Really, this is part two to yesterday's post. The big question in the Bible is not whether or not one believes in "a god" (theism v. atheism) but rather this: which God do we believe in? The challenge for people of faith is idolatry: to create gods in our own image (very often out of our own neuroses and compulsions) rather than worshiping the God of steadfast love and mercy who is slow to anger and abounding in steadfast love.
It's not about whether or not we believe in a God, but can we believe in this particular God - YHWH, also called the Abba of Jesus, the God revealed not only in the Old and New Testaments but in the life, ministry, death and resurrection of Jesus of Nazareth?
I said yesterday that Bruggemann recognizes that the testimony of the Old Testament includes dispute and counter-testimony. I think of the Book of Jonah, which turns this claim back on God when it comes to God's seemingly indiscriminate love of our enemies. "This is why I didn't want to go to Nineveh in the first place," Jonah says to God. "Because I knew you are a God of steadfast love and mercy and when that love extends to those who have hurt me I question your judgment and your justice..."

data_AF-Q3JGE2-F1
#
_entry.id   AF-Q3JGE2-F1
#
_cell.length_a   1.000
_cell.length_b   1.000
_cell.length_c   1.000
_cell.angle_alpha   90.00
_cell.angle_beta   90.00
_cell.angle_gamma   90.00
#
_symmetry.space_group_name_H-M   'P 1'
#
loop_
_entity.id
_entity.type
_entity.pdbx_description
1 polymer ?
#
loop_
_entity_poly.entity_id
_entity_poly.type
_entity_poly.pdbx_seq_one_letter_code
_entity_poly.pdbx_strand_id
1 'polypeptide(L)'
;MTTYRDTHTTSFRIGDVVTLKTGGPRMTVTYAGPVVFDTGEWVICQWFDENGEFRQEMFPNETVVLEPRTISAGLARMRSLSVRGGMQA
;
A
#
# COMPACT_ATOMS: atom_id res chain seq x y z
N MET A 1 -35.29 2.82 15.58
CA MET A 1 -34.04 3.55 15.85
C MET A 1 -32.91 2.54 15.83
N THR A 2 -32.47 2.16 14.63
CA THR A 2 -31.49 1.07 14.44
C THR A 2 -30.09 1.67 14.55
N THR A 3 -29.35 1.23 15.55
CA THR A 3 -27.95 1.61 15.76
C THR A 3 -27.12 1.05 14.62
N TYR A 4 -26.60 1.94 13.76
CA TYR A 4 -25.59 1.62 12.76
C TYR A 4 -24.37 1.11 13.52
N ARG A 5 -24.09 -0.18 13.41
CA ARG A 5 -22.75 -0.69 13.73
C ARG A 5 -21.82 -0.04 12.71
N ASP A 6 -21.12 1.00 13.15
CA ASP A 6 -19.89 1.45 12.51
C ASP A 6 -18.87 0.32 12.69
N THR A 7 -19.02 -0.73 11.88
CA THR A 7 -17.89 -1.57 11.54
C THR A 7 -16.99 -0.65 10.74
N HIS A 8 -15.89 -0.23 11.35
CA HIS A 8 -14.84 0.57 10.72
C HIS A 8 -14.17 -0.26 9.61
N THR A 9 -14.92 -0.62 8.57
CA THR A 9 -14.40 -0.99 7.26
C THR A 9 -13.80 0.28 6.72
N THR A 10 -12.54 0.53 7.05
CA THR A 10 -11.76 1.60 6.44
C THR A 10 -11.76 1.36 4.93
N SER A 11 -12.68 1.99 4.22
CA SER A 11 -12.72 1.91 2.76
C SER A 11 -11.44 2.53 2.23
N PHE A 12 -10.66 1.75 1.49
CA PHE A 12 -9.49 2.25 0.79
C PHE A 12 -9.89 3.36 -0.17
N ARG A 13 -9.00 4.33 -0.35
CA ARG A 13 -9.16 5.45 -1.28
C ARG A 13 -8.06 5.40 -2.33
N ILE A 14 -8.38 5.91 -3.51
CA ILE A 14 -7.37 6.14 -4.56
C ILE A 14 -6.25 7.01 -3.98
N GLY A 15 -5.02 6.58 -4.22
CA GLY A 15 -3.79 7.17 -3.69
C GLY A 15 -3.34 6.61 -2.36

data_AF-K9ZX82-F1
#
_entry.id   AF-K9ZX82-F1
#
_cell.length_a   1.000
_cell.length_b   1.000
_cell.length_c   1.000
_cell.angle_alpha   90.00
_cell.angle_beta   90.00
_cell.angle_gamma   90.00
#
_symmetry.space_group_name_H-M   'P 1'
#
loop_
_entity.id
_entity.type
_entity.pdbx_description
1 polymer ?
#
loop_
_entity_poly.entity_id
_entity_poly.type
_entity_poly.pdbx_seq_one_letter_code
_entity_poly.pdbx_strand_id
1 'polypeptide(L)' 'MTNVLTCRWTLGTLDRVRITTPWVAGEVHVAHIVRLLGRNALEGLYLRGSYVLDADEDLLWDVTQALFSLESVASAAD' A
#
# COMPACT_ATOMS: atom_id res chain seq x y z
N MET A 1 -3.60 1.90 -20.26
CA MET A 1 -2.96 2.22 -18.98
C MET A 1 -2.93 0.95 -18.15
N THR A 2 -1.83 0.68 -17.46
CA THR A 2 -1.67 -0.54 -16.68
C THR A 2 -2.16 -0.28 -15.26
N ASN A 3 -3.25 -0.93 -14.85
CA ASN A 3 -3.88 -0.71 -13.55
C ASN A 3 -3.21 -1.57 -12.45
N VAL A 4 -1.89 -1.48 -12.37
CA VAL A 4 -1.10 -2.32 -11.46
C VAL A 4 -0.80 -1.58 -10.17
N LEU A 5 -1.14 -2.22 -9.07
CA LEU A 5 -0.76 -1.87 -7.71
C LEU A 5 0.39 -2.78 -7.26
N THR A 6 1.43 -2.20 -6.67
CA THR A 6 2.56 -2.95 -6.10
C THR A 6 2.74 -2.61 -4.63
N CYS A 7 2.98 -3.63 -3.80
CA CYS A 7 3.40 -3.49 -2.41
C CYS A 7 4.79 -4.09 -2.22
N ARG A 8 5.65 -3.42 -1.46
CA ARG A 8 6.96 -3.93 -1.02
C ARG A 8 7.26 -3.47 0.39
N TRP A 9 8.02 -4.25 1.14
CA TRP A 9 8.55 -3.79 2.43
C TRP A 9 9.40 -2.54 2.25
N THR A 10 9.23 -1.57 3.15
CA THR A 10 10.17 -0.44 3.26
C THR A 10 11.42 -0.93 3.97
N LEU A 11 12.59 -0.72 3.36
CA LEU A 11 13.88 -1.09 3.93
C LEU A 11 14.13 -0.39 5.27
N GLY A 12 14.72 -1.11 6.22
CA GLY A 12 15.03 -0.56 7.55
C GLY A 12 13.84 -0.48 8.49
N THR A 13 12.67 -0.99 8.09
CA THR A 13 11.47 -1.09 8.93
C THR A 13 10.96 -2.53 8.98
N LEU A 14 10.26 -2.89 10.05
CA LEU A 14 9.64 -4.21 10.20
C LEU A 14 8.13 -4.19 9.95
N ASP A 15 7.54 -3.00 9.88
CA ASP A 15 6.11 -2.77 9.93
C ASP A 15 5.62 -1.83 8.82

And of course the more existential counter-testimony when someone like Job or countless psalmists experience the unfairness of life. When bad things happen to good people it is hard to see God as a God of steadfast love and mercy, slow to anger and abounding in steadfast love.
Even so, and even on days when it is hard to believe in this God, we press on. Lent is an invitation not to return to some generic god but to this God who created us from the dust, this God who washes his disciples' feet and gives us a new commandment, this God who has claimed and marked and sealed us by breathing new life into us again and again and again.